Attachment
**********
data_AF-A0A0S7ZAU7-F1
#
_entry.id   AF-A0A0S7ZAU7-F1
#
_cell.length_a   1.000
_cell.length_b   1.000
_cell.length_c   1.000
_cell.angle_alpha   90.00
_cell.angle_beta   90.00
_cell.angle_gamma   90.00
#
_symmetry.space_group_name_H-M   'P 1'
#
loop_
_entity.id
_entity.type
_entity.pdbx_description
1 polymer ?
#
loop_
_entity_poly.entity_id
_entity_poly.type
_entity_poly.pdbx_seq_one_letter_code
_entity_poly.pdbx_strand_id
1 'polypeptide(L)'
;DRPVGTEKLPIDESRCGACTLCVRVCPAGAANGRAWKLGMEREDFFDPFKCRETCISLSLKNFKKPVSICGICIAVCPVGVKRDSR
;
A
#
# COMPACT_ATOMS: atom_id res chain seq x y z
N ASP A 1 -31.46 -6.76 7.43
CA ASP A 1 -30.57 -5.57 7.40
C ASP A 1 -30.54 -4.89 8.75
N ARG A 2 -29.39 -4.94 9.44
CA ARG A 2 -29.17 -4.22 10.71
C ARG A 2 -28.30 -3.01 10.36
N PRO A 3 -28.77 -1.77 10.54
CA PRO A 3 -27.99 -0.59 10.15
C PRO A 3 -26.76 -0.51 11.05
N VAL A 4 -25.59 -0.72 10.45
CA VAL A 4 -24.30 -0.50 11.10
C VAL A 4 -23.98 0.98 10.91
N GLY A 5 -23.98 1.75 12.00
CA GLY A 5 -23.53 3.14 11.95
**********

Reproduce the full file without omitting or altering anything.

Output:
data_AF-A0A0S7ZAU7-F1
#
_entry.id   AF-A0A0S7ZAU7-F1
#
_cell.length_a   1.000
_cell.length_b   1.000
_cell.length_c   1.000
_cell.angle_alpha   90.00
_cell.angle_beta   90.00
_cell.angle_gamma   90.00
#
_symmetry.space_group_name_H-M   'P 1'
#
loop_
_entity.id
_entity.type
_entity.pdbx_description
1 polymer ?
#
loop_
_entity_poly.entity_id
_entity_poly.type
_entity_poly.pdbx_seq_one_letter_code
_entity_poly.pdbx_strand_id
1 'polypeptide(L)'
;DRPVGTEKLPIDESRCGACTLCVRVCPAGAANGRAWKLGMEREDFFDPFKCRETCISLSLKNFKKPVSICGICIAVCPVGVKRDSR
;
A
#
# COMPACT_ATOMS: atom_id res chain seq x y z
N ASP A 1 -31.46 -6.76 7.43
CA ASP A 1 -30.57 -5.57 7.40
C ASP A 1 -30.54 -4.89 8.75
N ARG A 2 -29.39 -4.94 9.44
CA ARG A 2 -29.17 -4.22 10.71
C ARG A 2 -28.30 -3.01 10.36
N PRO A 3 -28.77 -1.77 10.54
CA PRO A 3 -27.99 -0.59 10.15
C PRO A 3 -26.76 -0.51 11.05
N VAL A 4 -25.59 -0.72 10.45
CA VAL A 4 -24.30 -0.50 11.10
C VAL A 4 -23.98 0.98 10.91
N GLY A 5 -23.98 1.75 12.00
CA GLY A 5 -23.53 3.14 11.95